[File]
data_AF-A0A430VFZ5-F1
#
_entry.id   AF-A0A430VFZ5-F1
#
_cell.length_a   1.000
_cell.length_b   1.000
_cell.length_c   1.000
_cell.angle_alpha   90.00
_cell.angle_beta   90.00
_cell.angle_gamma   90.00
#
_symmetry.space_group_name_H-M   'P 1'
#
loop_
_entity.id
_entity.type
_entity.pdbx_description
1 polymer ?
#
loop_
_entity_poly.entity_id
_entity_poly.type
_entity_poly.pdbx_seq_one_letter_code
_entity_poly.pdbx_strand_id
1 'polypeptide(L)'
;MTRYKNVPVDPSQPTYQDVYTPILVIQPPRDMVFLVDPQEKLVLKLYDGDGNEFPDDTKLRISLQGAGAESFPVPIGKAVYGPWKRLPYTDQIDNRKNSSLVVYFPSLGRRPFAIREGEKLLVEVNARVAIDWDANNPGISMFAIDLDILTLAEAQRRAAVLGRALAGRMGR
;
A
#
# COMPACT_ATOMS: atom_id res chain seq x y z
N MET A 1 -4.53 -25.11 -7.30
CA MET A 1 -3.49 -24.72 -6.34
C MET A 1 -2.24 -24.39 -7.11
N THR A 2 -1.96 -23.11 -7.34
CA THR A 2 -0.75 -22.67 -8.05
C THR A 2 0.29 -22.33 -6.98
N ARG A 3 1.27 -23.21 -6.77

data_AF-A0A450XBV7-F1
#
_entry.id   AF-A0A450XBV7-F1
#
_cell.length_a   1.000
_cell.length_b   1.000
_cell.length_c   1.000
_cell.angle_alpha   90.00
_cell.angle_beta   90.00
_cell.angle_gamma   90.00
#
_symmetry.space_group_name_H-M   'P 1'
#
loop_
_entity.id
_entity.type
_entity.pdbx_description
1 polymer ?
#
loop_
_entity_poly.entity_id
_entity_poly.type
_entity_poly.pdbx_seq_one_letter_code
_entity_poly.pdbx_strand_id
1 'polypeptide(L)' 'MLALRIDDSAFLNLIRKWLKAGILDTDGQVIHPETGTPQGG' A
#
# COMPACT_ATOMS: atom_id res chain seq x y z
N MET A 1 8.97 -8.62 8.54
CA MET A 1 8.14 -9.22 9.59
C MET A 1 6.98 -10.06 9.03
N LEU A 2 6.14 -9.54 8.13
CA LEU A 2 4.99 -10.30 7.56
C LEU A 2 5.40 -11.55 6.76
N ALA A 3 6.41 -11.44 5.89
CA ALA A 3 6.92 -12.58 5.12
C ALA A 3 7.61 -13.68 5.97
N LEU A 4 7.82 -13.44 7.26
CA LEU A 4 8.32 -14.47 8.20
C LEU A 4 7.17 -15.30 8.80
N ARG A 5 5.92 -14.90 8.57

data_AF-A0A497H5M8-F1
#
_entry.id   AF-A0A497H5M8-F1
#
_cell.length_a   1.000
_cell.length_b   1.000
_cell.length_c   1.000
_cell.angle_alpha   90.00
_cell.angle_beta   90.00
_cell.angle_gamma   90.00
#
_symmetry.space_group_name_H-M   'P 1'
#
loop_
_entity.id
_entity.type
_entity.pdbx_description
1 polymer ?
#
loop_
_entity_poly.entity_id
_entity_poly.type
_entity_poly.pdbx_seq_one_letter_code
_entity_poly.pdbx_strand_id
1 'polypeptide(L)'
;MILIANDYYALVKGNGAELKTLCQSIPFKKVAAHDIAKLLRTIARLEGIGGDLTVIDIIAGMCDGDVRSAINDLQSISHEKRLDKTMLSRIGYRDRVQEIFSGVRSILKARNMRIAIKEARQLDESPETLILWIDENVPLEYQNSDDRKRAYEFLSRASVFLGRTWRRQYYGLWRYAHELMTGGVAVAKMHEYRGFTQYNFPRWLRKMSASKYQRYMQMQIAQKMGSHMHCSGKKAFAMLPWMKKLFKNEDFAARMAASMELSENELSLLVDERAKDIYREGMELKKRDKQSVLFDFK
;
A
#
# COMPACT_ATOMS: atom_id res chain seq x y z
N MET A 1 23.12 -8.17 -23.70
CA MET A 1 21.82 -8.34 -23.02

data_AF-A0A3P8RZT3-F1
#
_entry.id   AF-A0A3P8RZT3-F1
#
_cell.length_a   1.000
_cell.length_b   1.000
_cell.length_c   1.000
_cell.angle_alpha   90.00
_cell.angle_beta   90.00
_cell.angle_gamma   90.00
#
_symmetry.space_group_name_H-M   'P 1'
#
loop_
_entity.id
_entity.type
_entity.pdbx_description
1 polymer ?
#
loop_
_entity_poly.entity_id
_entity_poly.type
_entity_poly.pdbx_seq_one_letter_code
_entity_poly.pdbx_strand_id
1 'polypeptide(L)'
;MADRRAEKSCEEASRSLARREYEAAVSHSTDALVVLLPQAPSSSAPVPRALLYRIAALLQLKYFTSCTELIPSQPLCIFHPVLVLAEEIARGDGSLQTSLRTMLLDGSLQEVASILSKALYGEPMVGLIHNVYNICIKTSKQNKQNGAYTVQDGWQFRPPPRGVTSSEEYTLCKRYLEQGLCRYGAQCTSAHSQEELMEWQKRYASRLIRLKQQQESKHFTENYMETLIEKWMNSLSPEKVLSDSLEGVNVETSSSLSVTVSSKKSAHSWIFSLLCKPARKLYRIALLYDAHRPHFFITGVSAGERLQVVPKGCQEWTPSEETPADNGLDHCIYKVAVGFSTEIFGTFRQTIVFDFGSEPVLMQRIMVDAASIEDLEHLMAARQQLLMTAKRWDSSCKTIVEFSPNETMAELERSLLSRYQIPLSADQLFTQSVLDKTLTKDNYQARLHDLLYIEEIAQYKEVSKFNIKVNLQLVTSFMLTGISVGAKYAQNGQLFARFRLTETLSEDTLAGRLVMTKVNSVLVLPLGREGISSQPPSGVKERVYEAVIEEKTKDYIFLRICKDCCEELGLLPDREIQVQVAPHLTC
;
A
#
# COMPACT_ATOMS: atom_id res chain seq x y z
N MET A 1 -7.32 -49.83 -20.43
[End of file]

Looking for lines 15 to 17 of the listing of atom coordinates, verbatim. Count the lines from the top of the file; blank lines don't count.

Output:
_entity.id
_entity.type
_entity.pdbx_description